… where sa-tyres never go flat

Prize for Satire

A certain Nigerian highway

A certain Nigerian highway

By: Moghalu, Jennifer Chinwendu

He threw his big, mango-shaped head back in satisfaction, heaved a heavy sigh and squared his shoulders as he made to take his seat adjacent to mine. His gait and choice of clothes reminded one of his ancestor warrant chiefs’ during the British colonial period in Nigeria. His eyes which were fixed to the ceiling got a different interest. It was the Front-Page Editor’s seat. Often, I had caught him sitting on it, swinging from left to right. With eyes shut, he often muttered things to himself. He wanted the seat by all means. It is well known that he is the only person in the office amongst us reporters who has bagged a master’s degree. He strongly believed that the highest corporate position and all respect should apart from the Publisher go to him. 

He was a known snub. But today was different. When our eyes met, he smiled at me for the first time ever! For my ‘good morning’, he gave me a resounding reply. We were all shocked and tried to ascertain what was wrong, we were sure something was, but he just smiled and nodded at us. 

Minutes later, Ossai cleared his throat loudly to draw our attention. His seat was closest to the entrance. He circled his stomach with his finger to represent a huge belly. It hit everyone at the same time. The Managing Editor had arrived! Apparently, no one had heard him drive in. Kayode, the sports editor who earlier on had his legs spread out on his desk brought them down pronto. Sochima, the new intern who was leaning against the photocopying machine while waiting for the papers to emerge from it stood erect immediately, standing taller than the five-storey building that was adjacent to ours. I was afraid she would hurt her neck. She stuck it out way too much, her head hitting the ceiling that was about eight feet high!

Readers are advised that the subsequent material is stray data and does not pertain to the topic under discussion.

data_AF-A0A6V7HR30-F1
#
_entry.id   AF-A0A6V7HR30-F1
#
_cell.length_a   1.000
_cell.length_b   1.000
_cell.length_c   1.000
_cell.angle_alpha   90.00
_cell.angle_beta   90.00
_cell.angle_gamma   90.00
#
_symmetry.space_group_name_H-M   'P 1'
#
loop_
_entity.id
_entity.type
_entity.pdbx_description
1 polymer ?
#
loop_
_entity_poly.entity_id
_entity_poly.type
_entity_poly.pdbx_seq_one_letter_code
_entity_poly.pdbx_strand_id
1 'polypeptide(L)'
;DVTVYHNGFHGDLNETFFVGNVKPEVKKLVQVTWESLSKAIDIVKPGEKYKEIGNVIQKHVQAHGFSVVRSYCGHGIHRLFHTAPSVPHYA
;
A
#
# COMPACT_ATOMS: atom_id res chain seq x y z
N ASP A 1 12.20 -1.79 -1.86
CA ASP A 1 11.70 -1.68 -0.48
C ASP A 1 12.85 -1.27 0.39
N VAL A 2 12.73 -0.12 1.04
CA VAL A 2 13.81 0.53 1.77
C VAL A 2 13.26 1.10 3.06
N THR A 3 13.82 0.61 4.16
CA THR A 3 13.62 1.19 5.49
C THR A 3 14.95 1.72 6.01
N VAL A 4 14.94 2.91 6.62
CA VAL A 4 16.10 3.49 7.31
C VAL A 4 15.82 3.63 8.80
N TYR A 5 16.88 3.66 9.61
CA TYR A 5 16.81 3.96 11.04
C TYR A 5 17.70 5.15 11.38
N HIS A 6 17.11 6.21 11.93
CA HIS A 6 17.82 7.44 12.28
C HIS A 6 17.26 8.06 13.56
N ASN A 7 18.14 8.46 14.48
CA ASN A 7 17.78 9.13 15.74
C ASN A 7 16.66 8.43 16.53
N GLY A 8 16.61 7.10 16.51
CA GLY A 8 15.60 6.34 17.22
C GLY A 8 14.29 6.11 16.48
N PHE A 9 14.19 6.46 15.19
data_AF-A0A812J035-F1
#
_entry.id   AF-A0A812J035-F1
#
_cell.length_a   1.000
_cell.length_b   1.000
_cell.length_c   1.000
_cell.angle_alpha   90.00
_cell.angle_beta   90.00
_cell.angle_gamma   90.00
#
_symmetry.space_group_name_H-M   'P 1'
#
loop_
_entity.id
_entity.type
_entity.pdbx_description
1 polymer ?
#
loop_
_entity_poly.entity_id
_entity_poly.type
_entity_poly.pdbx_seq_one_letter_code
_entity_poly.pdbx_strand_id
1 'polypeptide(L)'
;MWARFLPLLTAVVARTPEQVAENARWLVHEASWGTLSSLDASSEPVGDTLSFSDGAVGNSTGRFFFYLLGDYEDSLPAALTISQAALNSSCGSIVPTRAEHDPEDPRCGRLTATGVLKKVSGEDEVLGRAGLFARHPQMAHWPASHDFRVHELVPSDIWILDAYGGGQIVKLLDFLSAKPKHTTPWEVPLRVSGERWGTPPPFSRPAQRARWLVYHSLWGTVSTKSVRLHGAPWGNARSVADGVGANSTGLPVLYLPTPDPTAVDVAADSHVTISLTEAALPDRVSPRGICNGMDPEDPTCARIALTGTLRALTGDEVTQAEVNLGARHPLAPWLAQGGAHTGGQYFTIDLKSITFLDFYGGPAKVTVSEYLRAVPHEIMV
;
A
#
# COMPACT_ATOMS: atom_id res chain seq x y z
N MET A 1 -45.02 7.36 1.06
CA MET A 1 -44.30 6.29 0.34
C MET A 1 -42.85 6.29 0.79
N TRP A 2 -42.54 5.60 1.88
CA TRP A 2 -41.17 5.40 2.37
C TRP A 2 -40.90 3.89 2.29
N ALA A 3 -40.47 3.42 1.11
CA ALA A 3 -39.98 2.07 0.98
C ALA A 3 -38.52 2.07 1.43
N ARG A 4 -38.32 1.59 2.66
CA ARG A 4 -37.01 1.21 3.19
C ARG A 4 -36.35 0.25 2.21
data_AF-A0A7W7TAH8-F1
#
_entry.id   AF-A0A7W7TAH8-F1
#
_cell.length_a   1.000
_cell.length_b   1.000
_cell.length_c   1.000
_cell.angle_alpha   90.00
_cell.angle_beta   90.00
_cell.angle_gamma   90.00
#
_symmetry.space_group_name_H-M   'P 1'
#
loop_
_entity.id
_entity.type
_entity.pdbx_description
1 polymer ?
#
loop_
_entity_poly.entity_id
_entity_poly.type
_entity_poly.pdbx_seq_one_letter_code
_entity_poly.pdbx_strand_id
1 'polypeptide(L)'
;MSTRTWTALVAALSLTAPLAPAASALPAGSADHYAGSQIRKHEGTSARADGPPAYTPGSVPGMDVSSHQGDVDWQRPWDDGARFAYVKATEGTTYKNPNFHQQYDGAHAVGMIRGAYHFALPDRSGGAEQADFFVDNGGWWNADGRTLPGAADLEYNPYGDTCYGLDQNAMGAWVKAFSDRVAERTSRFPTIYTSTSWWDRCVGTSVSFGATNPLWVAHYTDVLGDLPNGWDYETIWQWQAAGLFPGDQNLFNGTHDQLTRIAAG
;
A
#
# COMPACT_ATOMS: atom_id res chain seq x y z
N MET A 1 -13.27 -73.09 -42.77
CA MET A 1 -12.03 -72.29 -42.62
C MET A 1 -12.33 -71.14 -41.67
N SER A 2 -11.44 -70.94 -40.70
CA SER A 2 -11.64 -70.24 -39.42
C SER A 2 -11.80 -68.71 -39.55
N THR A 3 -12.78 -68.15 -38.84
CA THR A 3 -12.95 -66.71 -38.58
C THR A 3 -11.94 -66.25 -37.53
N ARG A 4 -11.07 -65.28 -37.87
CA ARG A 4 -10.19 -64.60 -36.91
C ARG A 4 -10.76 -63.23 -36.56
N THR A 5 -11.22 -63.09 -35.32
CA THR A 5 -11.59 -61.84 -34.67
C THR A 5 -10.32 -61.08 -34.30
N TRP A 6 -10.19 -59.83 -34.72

Everyone else adjusted to a different position, heads engrossed in papers or the computers before them. The buzz in the atmosphere quietened down, leaving only the depressing sound of the old, in-great-need-of-replacement, put-me-out-of-my-misery loosely hanging from the ceiling. 

He entered. Chief Dr NPK Okike-Orakwue, Bsc. Msc. Btt. Llb., Llm. PhD. The man that has attained the highest level of education. Of course, that’s why he often asks me to spell everything for him and can’t converse in English for any more than three minutes before he switches to his mother tongue.

As usual, his stomach led the way. Amarachi, the office messenger, often teased that the future of Nigeria was enclosed in his stomach. He called the shots and he knew it. His giant strides told a lot. His about 4 feet 2 inches height doesn’t deter him, neither does his overweight size. He often took pride in his huge stomach. It was evidence he has been eating well, unlike most unlucky and poverty-stricken Nigerians.

We greeted him in unison. ‘How do you all do? Amarachi, take that fan to the highest point it can get to. You all need to work in a good working condition because nothing else would suffice’. He is a good man. Of course, he cares so much about our working condition. That’s why he always demands extra funds from the Publisher to make improvements and refurbish our Editorial department section. Amarachi promptly did as she was instructed. Nothing changed with the in-hell-fire heat in the small room that we found ourselves in as staff. Just one thing became more intense, the destructive sound coming from the fan. 

Chief, as we normally refer to the Managing Editor, called for me as soon as he settled down in his office connected to ours by a passage. What now? It really was too early for him to make me run errands for him. Amarachi was our office messenger though. Whoever sends her to get anything is in safe hands. Because, she will go back and forth for at least five times before she even gets close to getting exactly what was demanded for. And of course, she is most honest and trustworthy, that’s why money keeps disappearing from people’s bags each time she comes in contact with them.